Paul’s “everything for the gospel” motivation is what makes the many seeming contradictions (I am totally free, yet slave of everyone) in his ministry logical and sensible. Sadly many in the Corinthian church did not understand this and were living lives focused on themselves and as if the cross was no longer a daily reality in their lives. 1 Corinthians was written to correct this. First, God has provided everything the church needs to be what He has called it to be. It has God’s gift of leadership, responsibility and all the gifted people it needs to accomplish what God has called it to do.
The practical implications of this ‘glorious hope’ in terms of our vision for the local church are relatively straightforward. It must surely mean that we are unreservedly committed to the church of God where he has placed us; that we are unhesitatingly confident about God’s desire and ability to make his church in that place like Jesus Christ; that we are uncompromisingly certain about the call for us to be holy, as he is holy. 1 Corinthians 1.8-9, 26–27.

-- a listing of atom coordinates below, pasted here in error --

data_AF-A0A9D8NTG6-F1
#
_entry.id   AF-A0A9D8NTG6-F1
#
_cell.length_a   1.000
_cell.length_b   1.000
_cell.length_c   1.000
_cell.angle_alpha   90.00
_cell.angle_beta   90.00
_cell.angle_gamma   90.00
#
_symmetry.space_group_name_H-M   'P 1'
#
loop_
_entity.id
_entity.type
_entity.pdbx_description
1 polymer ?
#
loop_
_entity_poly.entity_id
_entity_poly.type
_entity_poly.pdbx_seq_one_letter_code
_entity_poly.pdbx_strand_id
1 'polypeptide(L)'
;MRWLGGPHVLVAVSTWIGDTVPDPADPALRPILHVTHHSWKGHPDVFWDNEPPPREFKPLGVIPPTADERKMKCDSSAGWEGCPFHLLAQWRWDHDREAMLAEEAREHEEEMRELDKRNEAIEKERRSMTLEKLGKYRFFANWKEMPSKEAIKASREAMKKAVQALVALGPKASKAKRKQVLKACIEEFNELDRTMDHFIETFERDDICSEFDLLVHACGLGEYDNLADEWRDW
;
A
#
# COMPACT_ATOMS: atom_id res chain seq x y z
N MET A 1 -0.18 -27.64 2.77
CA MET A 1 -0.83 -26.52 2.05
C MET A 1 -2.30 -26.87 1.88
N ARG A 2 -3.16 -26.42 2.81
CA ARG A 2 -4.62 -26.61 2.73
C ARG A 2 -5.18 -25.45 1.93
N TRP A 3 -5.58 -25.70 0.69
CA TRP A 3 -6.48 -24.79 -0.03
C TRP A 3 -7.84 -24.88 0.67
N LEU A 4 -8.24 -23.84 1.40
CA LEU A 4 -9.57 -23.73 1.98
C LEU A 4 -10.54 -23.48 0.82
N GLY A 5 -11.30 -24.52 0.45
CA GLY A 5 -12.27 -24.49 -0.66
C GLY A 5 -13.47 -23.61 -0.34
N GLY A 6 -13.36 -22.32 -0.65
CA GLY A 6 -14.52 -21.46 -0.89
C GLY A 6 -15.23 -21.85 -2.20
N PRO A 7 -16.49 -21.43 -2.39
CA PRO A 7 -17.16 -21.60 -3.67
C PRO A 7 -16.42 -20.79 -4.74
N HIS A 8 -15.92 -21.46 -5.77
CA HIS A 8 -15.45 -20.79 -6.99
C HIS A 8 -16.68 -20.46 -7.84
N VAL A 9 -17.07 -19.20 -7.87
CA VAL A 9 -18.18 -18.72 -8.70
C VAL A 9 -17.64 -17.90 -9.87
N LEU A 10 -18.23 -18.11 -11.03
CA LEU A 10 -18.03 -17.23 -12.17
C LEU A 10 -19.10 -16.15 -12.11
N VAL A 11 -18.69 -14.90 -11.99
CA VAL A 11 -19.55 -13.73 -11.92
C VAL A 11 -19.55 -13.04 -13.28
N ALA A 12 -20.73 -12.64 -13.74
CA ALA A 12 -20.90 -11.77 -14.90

However, the church must address the evils within it. It should reflect in its behavior who Christ made it to be. Division and disunity must be dealt with. Christ is the foundation of the church, not any human leader, and so the church should never divide based on devotion to certain leaders. Leaders will be judged based on how they kept focus on Christ. Prideful leaders who will not serve, but try to seize power, should be disciplined severely.